Investigating the History of our Region and Nation
The rich history of the Mid-Hudson River Valley provides students with many opportunities to approach the past as hands-on and creative researchers. The students pictured above visited the Franklin D. Roosevelt Presidential Museum and Library as part of their History of the Hudson River Valley course. The class took field trips to six other sites in the region in order to get a firsthand look at the environmental, cultural, and industrial dimensions of the area.
The Hudson River Valley Institute (HRVI), housed on the College's campus, provides students, faculty, and community members with a focal point for explorations of the area and its heritage. Students pursuing History, English, Political Science, and other majors serve as interns every semester at the Institute's academic journal, The Hudson River Valley Review. The work of HRVI student interns receives generous support from the Bienstock Family Internship, which underwrites undergraduate research and writing at HRVI.
Students at the College also enjoy many opportunities to explore history from national and international perspectives. For example, faculty in English and History have taught an Honors Program course on the Civil War that involves a weekend trip to Gettysburg. Courses coordinated by Marist International Programs, such as a recent class on the history and politics of Ireland and Northern Ireland allow students to engage in new ways with historical events beyond the United States. In addition, the First Year Seminar within the Marist Core provides entering students with the chance to take a fresh look at specific historical questions and controversies; recent courses include Not That Seventies Show: The 1970s in History and Culture; Conspiracy Theories in History; and JFK: From Famine to New Frontier. These courses are open to all first-year students and approach their subjects using interdisciplinary approaches.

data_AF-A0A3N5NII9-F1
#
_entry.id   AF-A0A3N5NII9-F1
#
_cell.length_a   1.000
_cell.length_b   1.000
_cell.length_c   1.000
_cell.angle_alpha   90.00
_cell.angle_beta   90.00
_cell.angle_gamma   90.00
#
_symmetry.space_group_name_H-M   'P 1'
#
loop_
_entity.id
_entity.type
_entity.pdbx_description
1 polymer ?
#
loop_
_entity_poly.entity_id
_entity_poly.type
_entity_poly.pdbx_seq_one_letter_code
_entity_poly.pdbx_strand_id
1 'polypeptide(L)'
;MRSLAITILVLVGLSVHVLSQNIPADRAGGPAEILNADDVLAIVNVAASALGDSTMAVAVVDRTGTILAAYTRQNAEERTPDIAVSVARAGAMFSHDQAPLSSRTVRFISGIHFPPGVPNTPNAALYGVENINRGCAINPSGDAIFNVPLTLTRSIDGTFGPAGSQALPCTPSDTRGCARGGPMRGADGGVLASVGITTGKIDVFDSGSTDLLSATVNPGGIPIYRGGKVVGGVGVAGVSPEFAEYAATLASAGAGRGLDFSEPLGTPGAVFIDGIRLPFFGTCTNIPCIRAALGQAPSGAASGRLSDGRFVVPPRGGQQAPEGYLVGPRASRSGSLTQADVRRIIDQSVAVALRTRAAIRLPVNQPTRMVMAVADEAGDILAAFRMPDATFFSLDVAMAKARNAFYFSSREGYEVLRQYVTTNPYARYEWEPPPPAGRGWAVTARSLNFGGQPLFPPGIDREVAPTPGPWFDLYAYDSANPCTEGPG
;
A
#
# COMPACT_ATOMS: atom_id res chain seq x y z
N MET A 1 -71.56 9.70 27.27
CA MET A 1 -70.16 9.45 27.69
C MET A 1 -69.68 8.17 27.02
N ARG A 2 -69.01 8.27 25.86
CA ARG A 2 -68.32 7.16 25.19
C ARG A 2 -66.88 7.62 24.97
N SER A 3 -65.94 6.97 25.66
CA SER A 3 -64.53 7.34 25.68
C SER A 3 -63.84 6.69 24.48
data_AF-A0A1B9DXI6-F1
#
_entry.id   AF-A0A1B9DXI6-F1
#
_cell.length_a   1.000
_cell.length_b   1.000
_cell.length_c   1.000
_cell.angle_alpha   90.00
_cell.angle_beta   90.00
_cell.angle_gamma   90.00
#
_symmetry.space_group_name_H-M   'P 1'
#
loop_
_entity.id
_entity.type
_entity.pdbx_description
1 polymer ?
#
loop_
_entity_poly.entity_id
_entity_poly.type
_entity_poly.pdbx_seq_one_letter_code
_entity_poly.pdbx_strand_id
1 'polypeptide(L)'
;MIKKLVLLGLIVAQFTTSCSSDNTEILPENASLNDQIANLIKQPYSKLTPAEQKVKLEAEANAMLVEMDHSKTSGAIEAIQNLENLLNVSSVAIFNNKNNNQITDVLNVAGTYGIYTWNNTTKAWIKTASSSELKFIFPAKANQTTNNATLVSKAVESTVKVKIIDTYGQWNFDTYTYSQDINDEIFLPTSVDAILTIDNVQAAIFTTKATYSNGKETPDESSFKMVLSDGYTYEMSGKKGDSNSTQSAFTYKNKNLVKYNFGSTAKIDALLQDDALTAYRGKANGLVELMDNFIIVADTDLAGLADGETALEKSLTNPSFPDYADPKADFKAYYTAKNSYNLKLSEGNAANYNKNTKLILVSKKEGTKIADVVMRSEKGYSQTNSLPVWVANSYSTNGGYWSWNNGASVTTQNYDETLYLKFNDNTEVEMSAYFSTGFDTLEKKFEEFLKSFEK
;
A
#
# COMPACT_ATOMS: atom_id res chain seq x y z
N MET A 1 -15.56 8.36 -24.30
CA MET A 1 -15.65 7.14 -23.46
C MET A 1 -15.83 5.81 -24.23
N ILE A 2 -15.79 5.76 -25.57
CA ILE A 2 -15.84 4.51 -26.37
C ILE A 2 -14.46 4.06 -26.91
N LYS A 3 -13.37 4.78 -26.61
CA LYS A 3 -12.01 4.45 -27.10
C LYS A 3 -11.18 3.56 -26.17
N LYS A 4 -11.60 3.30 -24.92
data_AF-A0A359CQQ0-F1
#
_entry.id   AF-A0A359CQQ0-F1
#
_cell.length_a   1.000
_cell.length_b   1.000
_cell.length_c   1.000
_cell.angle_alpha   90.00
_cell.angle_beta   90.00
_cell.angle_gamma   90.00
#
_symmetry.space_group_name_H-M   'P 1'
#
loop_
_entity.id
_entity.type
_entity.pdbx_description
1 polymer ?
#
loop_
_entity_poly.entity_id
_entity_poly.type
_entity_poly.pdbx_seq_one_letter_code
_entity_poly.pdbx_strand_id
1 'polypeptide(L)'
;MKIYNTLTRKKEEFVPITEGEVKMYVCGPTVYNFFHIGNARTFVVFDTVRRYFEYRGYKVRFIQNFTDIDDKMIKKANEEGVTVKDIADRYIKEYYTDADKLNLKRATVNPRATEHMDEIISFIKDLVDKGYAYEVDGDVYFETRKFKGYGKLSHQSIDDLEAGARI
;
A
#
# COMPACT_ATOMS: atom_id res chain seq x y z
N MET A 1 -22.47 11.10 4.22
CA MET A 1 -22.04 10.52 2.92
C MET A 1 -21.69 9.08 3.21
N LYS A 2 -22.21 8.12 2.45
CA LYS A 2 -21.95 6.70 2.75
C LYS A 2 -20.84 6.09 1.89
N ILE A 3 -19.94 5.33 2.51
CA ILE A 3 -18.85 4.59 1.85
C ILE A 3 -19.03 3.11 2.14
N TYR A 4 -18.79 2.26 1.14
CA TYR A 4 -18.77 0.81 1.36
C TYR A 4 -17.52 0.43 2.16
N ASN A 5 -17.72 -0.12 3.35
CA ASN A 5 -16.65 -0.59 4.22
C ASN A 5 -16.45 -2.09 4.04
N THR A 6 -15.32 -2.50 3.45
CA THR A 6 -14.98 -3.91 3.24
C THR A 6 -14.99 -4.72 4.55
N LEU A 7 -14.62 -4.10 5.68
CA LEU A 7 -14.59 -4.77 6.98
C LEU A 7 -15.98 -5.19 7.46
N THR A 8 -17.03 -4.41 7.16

Many students who major in History combine their studies with a minor or second major in another field, such as Environmental Studies, Communication, Business, Political Science, or Education. As is made clear in the profiles of recent graduates, studying history provides students with a rich undergraduate experience and enables the pursuit of a wide range of professional opportunities.